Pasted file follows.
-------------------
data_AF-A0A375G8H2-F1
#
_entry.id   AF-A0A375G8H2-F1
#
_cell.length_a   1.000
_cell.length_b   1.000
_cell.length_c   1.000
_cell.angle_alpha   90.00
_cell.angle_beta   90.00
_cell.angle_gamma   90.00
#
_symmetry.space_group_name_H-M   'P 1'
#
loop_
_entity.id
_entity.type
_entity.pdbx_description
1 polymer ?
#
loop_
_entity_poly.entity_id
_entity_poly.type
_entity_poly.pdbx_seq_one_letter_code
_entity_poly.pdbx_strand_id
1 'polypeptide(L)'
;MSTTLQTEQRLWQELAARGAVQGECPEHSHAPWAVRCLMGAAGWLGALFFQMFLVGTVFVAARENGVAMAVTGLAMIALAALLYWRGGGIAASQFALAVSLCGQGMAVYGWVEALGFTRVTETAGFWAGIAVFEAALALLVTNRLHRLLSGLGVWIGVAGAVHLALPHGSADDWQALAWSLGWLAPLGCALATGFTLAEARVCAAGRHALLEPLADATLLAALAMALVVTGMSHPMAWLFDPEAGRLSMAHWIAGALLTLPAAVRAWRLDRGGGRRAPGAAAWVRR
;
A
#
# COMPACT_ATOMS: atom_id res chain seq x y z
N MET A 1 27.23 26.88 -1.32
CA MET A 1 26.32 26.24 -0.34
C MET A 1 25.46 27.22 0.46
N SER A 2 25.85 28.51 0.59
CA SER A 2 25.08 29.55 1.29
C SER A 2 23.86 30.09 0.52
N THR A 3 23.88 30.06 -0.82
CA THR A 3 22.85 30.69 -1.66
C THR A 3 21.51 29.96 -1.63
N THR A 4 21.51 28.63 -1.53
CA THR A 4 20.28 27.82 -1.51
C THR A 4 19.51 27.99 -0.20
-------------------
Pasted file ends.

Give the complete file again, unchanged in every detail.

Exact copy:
data_AF-A0A375G8H2-F1
#
_entry.id   AF-A0A375G8H2-F1
#
_cell.length_a   1.000
_cell.length_b   1.000
_cell.length_c   1.000
_cell.angle_alpha   90.00
_cell.angle_beta   90.00
_cell.angle_gamma   90.00
#
_symmetry.space_group_name_H-M   'P 1'
#
loop_
_entity.id
_entity.type
_entity.pdbx_description
1 polymer ?
#
loop_
_entity_poly.entity_id
_entity_poly.type
_entity_poly.pdbx_seq_one_letter_code
_entity_poly.pdbx_strand_id
1 'polypeptide(L)'
;MSTTLQTEQRLWQELAARGAVQGECPEHSHAPWAVRCLMGAAGWLGALFFQMFLVGTVFVAARENGVAMAVTGLAMIALAALLYWRGGGIAASQFALAVSLCGQGMAVYGWVEALGFTRVTETAGFWAGIAVFEAALALLVTNRLHRLLSGLGVWIGVAGAVHLALPHGSADDWQALAWSLGWLAPLGCALATGFTLAEARVCAAGRHALLEPLADATLLAALAMALVVTGMSHPMAWLFDPEAGRLSMAHWIAGALLTLPAAVRAWRLDRGGGRRAPGAAAWVRR
;
A
#
# COMPACT_ATOMS: atom_id res chain seq x y z
N MET A 1 27.23 26.88 -1.32
CA MET A 1 26.32 26.24 -0.34
C MET A 1 25.46 27.22 0.46
N SER A 2 25.85 28.51 0.59
CA SER A 2 25.08 29.55 1.29
C SER A 2 23.86 30.09 0.52
N THR A 3 23.88 30.06 -0.82
CA THR A 3 22.85 30.69 -1.66
C THR A 3 21.51 29.96 -1.63
N THR A 4 21.51 28.63 -1.53
CA THR A 4 20.28 27.82 -1.51
C THR A 4 19.51 27.99 -0.20